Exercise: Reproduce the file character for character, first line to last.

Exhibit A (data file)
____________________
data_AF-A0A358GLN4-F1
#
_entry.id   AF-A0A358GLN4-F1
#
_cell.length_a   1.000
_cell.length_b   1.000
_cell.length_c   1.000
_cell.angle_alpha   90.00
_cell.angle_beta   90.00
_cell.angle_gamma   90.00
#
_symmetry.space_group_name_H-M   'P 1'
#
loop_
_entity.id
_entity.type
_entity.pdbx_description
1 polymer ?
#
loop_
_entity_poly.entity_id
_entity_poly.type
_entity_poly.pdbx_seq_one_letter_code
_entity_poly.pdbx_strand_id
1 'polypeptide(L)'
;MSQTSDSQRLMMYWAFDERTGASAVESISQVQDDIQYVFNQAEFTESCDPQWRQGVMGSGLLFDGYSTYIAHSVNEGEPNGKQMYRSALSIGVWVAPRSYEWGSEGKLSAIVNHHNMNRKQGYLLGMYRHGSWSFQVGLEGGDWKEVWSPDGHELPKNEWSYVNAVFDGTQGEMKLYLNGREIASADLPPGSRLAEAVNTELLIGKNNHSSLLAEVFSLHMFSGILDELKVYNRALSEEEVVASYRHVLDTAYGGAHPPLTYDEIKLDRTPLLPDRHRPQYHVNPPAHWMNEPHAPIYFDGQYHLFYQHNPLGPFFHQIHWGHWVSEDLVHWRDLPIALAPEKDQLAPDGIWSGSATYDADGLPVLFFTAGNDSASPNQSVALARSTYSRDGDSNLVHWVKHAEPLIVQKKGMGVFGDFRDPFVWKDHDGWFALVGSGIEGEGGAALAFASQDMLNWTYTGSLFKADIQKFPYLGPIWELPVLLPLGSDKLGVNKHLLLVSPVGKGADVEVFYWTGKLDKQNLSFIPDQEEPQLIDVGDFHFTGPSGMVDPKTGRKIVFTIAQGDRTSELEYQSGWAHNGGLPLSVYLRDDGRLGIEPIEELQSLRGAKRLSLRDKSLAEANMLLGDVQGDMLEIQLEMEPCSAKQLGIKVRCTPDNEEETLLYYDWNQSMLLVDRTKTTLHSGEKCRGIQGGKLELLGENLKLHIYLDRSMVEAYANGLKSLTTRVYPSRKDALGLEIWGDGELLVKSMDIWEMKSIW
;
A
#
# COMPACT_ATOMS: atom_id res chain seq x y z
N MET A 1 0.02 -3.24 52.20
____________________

data_AF-A0A358GLN4-F1
#
_entry.id   AF-A0A358GLN4-F1
#
_cell.length_a   1.000
_cell.length_b   1.000
_cell.length_c   1.000
_cell.angle_alpha   90.00
_cell.angle_beta   90.00
_cell.angle_gamma   90.00
#
_symmetry.space_group_name_H-M   'P 1'
#
loop_
_entity.id
_entity.type
_entity.pdbx_description
1 polymer ?
#
loop_
_entity_poly.entity_id
_entity_poly.type
_entity_poly.pdbx_seq_one_letter_code
_entity_poly.pdbx_strand_id
1 'polypeptide(L)'
;MSQTSDSQRLMMYWAFDERTGASAVESISQVQDDIQYVFNQAEFTESCDPQWRQGVMGSGLLFDGYSTYIAHSVNEGEPNGKQMYRSALSIGVWVAPRSYEWGSEGKLSAIVNHHNMNRKQGYLLGMYRHGSWSFQVGLEGGDWKEVWSPDGHELPKNEWSYVNAVFDGTQGEMKLYLNGREIASADLPPGSRLAEAVNTELLIGKNNHSSLLAEVFSLHMFSGILDELKVYNRALSEEEVVASYRHVLDTAYGGAHPPLTYDEIKLDRTPLLPDRHRPQYHVNPPAHWMNEPHAPIYFDGQYHLFYQHNPLGPFFHQIHWGHWVSEDLVHWRDLPIALAPEKDQLAPDGIWSGSATYDADGLPVLFFTAGNDSASPNQSVALARSTYSRDGDSNLVHWVKHAEPLIVQKKGMGVFGDFRDPFVWKDHDGWFALVGSGIEGEGGAALAFASQDMLNWTYTGSLFKADIQKFPYLGPIWELPVLLPLGSDKLGVNKHLLLVSPVGKGADVEVFYWTGKLDKQNLSFIPDQEEPQLIDVGDFHFTGPSGMVDPKTGRKIVFTIAQGDRTSELEYQSGWAHNGGLPLSVYLRDDGRLGIEPIEELQSLRGAKRLSLRDKSLAEANMLLGDVQGDMLEIQLEMEPCSAKQLGIKVRCTPDNEEETLLYYDWNQSMLLVDRTKTTLHSGEKCRGIQGGKLELLGENLKLHIYLDRSMVEAYANGLKSLTTRVYPSRKDALGLEIWGDGELLVKSMDIWEMKSIW
;
A
#
# COMPACT_ATOMS: atom_id res chain seq x y z
N MET A 1 0.02 -3.24 52.20